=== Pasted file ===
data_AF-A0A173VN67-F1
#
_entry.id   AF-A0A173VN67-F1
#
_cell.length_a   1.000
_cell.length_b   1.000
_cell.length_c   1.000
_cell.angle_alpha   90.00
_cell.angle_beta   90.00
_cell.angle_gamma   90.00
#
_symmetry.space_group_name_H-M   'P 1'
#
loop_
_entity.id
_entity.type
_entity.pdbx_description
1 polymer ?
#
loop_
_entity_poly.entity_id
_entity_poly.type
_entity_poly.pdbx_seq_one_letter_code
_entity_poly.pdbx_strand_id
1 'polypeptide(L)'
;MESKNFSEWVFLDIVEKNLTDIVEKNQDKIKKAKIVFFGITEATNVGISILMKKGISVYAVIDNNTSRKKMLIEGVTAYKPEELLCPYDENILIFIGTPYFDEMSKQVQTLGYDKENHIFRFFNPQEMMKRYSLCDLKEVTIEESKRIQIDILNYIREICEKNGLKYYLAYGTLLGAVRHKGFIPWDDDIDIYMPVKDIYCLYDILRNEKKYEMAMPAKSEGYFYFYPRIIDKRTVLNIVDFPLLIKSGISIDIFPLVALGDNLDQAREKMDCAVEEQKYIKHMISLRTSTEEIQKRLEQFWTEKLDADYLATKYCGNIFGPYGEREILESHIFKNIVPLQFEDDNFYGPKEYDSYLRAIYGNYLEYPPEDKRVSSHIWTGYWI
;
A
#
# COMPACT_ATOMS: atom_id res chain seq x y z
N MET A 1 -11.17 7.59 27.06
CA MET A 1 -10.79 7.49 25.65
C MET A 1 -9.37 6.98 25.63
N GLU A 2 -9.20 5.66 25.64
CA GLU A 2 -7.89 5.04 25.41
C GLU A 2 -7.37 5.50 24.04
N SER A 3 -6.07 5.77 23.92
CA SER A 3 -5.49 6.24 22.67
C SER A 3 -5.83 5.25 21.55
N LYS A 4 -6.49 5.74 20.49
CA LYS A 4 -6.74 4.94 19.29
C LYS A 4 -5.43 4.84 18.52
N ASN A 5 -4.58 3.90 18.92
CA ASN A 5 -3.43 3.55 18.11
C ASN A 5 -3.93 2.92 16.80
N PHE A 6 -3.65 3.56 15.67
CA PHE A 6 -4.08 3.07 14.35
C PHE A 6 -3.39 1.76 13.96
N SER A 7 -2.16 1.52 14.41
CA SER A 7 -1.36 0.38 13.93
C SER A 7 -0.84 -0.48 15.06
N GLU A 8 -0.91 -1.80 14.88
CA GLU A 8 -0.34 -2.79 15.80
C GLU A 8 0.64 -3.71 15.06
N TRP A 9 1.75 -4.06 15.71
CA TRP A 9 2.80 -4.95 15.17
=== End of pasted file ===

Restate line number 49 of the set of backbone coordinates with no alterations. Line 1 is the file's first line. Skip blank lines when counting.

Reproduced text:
N SER A 7 -2.16 1.52 14.41